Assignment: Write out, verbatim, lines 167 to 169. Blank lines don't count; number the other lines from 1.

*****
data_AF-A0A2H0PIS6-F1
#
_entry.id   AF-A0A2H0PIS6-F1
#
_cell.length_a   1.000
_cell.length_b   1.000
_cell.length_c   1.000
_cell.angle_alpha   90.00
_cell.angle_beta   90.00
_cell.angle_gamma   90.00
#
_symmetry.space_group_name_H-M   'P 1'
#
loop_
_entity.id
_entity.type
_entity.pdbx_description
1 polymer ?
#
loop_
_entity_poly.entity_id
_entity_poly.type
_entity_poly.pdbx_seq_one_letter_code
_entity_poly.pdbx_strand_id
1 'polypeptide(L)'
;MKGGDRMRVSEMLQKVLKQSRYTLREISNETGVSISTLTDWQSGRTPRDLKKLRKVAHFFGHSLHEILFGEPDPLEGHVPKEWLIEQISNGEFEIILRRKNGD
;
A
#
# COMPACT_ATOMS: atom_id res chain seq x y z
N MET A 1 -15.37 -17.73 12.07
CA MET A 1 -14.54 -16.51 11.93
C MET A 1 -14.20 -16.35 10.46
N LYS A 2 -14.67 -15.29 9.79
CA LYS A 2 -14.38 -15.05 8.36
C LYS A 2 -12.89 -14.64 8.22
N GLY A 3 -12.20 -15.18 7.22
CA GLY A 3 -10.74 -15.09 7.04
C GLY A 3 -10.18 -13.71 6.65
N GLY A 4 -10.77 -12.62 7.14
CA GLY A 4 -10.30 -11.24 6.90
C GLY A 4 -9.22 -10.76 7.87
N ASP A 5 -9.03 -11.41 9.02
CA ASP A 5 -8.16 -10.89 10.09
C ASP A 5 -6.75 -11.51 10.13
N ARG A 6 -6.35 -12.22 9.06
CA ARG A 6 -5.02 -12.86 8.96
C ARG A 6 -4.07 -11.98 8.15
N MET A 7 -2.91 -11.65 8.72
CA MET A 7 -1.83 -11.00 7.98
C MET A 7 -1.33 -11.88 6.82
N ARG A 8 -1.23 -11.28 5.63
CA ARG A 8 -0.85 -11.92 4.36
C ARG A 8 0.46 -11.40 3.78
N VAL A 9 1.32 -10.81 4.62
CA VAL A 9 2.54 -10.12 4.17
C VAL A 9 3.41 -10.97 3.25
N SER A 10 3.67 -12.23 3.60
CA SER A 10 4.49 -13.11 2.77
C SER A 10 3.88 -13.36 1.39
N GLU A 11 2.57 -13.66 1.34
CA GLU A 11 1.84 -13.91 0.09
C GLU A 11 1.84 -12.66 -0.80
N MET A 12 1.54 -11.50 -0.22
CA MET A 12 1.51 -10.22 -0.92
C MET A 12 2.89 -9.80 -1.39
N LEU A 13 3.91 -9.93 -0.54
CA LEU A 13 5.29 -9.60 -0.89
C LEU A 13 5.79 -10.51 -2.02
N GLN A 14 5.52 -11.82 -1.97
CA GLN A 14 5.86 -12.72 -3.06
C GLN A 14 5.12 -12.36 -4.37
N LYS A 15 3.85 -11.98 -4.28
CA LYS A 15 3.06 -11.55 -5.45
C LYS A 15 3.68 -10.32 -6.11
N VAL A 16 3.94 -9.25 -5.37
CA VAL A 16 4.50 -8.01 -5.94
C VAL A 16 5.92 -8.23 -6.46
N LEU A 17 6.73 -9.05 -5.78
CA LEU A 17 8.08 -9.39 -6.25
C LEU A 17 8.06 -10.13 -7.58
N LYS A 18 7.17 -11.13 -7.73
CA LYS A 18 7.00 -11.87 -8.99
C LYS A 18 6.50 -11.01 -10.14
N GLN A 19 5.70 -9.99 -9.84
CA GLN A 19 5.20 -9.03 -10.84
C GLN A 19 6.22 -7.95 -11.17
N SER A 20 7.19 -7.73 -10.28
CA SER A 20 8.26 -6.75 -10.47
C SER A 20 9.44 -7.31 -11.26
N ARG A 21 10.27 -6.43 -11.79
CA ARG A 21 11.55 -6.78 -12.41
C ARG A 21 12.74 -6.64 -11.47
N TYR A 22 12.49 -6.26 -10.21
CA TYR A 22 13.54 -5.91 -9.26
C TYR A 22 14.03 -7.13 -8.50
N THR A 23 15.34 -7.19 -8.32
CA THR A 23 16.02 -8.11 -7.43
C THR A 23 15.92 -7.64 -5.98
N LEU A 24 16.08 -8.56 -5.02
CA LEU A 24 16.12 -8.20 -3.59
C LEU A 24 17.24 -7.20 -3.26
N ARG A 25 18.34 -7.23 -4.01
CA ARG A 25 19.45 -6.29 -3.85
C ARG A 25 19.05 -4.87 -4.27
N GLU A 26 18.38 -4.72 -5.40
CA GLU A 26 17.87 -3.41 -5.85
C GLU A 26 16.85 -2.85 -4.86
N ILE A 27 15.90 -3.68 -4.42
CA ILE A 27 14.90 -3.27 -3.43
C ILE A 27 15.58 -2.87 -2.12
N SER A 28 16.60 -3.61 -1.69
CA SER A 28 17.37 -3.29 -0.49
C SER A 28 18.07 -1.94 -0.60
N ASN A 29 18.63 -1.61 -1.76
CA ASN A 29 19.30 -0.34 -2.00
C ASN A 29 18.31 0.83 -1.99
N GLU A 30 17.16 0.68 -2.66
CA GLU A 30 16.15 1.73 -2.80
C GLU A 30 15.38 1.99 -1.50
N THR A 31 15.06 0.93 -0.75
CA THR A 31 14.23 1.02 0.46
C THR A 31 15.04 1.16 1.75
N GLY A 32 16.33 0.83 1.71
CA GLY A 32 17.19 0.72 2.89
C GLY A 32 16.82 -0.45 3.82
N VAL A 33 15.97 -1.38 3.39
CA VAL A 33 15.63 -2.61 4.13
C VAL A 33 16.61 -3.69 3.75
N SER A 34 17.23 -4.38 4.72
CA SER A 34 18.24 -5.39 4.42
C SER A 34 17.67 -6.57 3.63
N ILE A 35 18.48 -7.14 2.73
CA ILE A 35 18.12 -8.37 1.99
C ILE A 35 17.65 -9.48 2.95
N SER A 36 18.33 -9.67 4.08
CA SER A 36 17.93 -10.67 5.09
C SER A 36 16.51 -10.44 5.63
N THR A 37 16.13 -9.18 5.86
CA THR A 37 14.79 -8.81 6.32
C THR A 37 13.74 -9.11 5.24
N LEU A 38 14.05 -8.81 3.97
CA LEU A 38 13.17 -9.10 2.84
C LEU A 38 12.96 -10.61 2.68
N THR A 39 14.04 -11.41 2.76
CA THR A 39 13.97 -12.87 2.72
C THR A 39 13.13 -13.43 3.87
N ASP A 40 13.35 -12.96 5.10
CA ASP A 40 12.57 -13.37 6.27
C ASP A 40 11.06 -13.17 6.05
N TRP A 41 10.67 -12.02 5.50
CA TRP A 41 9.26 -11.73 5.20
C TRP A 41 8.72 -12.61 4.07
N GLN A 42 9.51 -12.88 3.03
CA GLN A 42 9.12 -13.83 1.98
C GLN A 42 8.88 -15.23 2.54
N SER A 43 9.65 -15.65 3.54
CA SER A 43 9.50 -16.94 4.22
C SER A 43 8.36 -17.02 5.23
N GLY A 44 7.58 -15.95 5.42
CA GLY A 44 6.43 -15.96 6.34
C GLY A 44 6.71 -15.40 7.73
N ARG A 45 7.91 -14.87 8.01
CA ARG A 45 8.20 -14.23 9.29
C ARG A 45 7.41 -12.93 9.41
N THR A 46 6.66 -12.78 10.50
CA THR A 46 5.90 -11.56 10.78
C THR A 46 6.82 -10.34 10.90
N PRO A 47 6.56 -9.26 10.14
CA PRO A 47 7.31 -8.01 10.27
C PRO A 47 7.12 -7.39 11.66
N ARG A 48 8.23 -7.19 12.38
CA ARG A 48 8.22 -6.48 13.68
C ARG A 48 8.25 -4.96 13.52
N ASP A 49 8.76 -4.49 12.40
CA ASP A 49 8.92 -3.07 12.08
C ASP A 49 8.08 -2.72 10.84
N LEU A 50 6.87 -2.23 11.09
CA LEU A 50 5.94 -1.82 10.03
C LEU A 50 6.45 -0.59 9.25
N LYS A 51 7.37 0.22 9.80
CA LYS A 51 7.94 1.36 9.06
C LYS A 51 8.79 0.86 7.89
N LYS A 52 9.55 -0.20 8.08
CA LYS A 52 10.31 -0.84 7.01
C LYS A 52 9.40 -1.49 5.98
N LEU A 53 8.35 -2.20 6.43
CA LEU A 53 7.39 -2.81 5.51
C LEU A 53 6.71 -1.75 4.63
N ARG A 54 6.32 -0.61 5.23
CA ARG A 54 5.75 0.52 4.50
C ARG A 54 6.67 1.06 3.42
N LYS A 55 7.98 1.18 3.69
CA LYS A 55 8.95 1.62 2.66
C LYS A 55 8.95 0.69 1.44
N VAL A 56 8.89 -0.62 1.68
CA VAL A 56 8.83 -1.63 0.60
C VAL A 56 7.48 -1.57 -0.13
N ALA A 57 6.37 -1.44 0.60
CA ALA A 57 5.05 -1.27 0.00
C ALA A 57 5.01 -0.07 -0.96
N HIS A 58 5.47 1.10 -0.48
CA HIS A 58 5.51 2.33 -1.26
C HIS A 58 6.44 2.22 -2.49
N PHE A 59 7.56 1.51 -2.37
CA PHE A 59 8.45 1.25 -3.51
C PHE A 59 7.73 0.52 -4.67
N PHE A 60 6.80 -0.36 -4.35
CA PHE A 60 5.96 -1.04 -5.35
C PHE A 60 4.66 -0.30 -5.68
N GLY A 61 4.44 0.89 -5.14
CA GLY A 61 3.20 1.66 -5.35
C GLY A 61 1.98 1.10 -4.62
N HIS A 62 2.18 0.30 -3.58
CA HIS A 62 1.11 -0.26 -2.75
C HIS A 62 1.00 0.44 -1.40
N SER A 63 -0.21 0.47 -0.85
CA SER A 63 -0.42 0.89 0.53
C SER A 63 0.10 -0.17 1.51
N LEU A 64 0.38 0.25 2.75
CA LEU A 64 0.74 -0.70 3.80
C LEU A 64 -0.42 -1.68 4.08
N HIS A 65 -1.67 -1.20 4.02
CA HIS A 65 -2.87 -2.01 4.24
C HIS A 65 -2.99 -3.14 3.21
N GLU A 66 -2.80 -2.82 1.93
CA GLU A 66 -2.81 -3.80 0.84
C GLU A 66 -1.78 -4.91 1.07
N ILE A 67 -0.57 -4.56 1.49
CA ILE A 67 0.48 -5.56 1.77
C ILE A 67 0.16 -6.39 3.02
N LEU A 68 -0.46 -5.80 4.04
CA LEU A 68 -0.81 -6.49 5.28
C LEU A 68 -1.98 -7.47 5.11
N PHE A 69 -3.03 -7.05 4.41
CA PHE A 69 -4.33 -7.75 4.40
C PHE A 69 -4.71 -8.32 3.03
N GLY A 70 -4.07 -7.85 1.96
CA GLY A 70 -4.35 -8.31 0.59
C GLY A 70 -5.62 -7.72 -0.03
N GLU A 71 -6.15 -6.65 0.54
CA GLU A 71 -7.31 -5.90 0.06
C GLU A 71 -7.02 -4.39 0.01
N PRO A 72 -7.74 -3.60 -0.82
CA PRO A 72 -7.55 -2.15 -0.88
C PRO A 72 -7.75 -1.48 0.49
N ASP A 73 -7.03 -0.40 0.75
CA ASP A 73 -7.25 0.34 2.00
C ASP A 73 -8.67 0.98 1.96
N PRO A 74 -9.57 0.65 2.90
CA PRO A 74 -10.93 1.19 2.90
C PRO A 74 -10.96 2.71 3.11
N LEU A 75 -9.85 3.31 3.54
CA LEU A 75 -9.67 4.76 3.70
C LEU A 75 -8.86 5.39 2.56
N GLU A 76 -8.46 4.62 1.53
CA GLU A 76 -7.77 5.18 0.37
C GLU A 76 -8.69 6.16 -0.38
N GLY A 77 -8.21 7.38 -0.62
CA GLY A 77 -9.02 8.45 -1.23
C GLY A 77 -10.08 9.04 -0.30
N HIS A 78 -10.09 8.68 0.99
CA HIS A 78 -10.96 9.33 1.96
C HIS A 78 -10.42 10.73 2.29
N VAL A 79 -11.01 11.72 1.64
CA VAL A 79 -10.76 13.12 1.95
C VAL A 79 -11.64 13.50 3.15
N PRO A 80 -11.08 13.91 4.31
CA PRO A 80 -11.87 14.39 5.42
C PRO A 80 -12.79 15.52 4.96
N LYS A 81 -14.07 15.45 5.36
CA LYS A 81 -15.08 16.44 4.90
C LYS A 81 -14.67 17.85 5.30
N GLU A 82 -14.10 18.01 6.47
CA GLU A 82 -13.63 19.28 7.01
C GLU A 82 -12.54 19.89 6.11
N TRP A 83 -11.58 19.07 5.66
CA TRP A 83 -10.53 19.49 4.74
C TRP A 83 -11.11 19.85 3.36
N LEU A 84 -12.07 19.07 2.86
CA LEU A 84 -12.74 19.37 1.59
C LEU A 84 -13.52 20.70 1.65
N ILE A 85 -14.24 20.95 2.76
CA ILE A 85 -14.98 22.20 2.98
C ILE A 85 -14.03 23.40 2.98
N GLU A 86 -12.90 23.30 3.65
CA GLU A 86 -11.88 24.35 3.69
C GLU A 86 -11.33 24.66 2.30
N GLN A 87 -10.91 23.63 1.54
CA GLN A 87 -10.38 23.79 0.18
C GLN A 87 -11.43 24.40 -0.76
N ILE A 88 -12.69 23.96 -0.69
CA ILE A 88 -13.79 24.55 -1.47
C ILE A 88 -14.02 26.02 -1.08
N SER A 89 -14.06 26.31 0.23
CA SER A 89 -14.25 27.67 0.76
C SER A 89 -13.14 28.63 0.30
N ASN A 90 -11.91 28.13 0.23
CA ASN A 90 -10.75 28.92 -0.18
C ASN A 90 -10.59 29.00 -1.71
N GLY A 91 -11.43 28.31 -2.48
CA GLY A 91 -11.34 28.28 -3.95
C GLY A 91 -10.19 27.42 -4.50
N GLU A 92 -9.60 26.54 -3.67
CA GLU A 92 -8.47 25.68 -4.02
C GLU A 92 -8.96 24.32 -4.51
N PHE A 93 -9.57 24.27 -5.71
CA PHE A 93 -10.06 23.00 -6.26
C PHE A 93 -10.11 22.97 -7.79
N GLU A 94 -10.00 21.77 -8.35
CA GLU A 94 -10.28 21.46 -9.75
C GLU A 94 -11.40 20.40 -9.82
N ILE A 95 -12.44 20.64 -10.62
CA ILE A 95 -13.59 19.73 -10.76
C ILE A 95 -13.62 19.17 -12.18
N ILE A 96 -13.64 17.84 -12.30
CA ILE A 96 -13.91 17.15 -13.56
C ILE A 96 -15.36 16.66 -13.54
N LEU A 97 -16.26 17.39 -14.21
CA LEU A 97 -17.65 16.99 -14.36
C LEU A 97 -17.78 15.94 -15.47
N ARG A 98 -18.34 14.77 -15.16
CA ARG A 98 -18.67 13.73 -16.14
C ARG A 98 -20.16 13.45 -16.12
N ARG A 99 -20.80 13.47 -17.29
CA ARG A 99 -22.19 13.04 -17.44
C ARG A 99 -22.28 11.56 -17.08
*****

CA THR A 46 5.90 -11.56 10.78
C THR A 46 6.82 -10.34 10.90
N PRO A 47 6.56 -9.26 10.14